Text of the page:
…emboldened by an early lunch, I walked through the long and dark tunnel beneath endless rail just west of Jamaica Station, past JFK and the AirTrain terminal, and into the brick sidewalks with young men shivering in hoodies before storefronts.
“We got top dollar shoes. Come inside and check it out! Come inside and check it out! All sizes available! Come inside and check it out! We got…”
But the wind chill was nippy enough to stanch the barkers. Although some men stood before shops, these hopeful words of commerce flowed into the street from speakers. The incantation “Come inside and check it out!” suggested something prerecorded, and I peered inside windows hoping to find majestical figures perched inside with microphones.
I arrived at Bellitte Bicycles at the beginning of peak bike season, which typically runs from March into October. This Jamaica shop has been owned by the same family since 1918 and it may be the oldest continuously operated bicycle shop in the United States. (The only authority for this claim is The New York Daily News.)
Every family member ends up going into the business and it’s been this way for several generations. I asked if there were any recalcitrant family members — perhaps a few stray Bellittes who shirked family destiny to become cutthroat corporate attorneys or HBO showrunners. But nobody resists. Bicycles are in the Bellitte blood. And if you don’t understand that, then you’re simply not a Bellitte.
The bicycle business is recession-proof. With rising gas prices and escalating MetroCard fares, people in the outer parts of the New York metropolitan area have sought affordable alternatives. And Bellitte Bicycles has been there to pick up the slack for some time. The shop has not seen a dip in sales throughout its history.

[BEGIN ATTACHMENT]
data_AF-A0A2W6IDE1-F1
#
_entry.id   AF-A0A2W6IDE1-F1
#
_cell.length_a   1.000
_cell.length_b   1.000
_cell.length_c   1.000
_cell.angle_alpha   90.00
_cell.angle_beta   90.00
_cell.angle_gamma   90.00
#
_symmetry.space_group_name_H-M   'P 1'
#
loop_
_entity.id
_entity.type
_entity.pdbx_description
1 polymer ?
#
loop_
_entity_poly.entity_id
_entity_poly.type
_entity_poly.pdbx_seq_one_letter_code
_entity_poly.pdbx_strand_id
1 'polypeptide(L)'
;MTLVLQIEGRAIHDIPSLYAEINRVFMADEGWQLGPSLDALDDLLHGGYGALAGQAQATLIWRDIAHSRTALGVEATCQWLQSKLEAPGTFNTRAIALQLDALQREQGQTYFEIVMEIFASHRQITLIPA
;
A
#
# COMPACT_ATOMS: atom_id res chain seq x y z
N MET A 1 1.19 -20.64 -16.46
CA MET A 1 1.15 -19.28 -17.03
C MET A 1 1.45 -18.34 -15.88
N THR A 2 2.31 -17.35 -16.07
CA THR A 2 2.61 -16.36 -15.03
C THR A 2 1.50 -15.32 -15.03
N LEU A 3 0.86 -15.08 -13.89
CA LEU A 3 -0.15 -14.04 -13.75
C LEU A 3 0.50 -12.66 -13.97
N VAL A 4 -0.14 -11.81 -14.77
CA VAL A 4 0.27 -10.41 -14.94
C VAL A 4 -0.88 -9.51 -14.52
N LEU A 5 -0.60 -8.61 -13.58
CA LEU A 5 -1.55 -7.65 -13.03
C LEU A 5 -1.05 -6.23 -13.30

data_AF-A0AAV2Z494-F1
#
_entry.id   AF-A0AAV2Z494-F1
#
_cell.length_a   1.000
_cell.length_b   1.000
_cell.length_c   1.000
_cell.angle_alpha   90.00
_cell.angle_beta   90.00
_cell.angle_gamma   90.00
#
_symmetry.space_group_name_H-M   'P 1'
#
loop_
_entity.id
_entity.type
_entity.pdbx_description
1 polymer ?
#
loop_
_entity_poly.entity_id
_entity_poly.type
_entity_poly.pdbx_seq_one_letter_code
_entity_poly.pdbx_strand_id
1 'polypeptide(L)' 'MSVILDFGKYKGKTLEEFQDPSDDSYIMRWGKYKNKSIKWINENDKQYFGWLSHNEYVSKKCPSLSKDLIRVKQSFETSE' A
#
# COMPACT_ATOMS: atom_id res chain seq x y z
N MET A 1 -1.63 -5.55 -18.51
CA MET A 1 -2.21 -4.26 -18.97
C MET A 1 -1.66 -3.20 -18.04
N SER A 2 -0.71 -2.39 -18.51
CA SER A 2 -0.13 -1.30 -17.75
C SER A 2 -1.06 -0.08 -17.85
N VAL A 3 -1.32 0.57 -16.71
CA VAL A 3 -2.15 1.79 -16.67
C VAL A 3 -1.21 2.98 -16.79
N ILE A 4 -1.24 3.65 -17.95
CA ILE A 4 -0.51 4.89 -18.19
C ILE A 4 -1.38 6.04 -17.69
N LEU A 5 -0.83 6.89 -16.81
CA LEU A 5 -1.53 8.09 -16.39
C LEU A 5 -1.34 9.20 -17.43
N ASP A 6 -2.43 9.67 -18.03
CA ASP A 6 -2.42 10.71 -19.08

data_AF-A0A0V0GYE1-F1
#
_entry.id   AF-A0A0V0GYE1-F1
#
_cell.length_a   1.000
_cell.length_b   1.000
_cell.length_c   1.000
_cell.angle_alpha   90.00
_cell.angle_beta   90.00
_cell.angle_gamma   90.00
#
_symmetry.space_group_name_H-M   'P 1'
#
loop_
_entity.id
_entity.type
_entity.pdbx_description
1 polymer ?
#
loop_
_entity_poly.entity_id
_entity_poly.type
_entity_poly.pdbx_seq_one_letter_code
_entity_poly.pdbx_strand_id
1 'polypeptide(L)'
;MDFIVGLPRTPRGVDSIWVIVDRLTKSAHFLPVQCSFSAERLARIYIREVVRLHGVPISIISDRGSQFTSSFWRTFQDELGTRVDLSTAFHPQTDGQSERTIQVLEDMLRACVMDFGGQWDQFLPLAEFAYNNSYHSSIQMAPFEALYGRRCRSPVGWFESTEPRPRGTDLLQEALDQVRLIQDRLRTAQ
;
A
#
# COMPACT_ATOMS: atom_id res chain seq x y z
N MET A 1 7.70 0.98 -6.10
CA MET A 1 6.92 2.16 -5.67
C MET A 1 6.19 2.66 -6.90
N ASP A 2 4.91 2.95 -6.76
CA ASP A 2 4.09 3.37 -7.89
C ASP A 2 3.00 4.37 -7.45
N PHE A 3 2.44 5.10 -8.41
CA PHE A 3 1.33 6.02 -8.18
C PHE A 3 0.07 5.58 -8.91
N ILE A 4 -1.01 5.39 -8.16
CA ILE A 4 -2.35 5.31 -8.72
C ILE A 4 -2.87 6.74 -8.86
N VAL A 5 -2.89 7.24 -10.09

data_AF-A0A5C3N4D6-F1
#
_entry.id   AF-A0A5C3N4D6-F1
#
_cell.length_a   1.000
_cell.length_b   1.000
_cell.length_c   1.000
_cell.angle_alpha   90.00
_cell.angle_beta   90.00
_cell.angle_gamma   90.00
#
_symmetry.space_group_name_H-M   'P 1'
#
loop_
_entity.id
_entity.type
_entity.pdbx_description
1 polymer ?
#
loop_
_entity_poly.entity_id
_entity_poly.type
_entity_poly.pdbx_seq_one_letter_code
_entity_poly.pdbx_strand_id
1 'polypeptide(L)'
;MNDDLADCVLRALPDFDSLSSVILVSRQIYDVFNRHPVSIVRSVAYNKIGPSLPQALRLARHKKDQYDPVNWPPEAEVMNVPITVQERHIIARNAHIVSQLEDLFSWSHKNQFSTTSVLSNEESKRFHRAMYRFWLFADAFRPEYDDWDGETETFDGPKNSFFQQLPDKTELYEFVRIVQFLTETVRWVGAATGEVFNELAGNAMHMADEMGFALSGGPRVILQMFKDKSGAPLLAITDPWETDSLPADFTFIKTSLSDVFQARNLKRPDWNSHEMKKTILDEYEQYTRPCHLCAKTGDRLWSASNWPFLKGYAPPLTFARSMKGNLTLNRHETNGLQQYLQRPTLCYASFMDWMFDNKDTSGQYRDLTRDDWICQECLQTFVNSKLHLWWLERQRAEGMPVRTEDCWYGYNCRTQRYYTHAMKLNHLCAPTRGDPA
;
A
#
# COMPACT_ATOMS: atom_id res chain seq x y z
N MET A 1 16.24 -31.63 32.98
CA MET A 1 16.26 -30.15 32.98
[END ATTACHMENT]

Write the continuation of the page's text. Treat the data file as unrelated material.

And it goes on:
Nobody quite knows why Salvatore “Sam” Bellitte — the original owner of the shop — got into the bike business or why he was an early adopter. In the 1910s, Sam worked as a motorcycle and bicycle mechanic for another guy named Sam Hurvin, but there’s no trace of the mysterious Mr. Hurvin on Google. (However, I did find Hurvin in the 1920 U.S. Census.)
But the Bellittes have a very helpful book of photographs that you can look through if you’re interested in this history. They were exceedingly kind, run a very clean and well-organized shop, and are flexible enough with their stock to appeal to everyone from regular Joes to triathletes.
I was just outside Jamaica when the news jackals came at me. The crosswalk light was red. And I was confused when a CNN cameraman and some guy with wet cropped hair, sunglasses, and the sleaziest of smiles approached me with a mike. “Hey,” said the jackal with the sleazy smile, “do you know about Malcolm Smith?”
Yes. The white guy with glasses. Get him! He’s safe for our audience.
The jackal then offered a very condescending overview about Smith’s recent bribery scandal. I was bewildered, largely because the idea of asking random people in the street about their opinions on a major news story that only confirmed preexisting biases was not only lazy, but a missed opportunity. The ways that people live lives are far more meaningful and intriguing.
It was also comically unfathomable that I would be singled out as a local in a territory that was not mine.
“Actually,” I said to the jackals, “I may have a story for you.”
I told them about my walk, informing them that I was in the middle of a 21 mile* journey to meet an astronaut at the Cradle of Aviation Museum and that I had been walking there from Brooklyn all day.
“Oh,” said the jackal, “you’re not from the neighborhood.”
Then the jackals walked away.
I didn’t know if I could persuade a man who had nine spacewalks under his belt to give me a few minutes of his time. But I was too far into my walk to quit.
* — I did not know at the time that I would miscalculate the distance and that it would end up being 23 miles.
© 2013, Edward Champion. All rights reserved.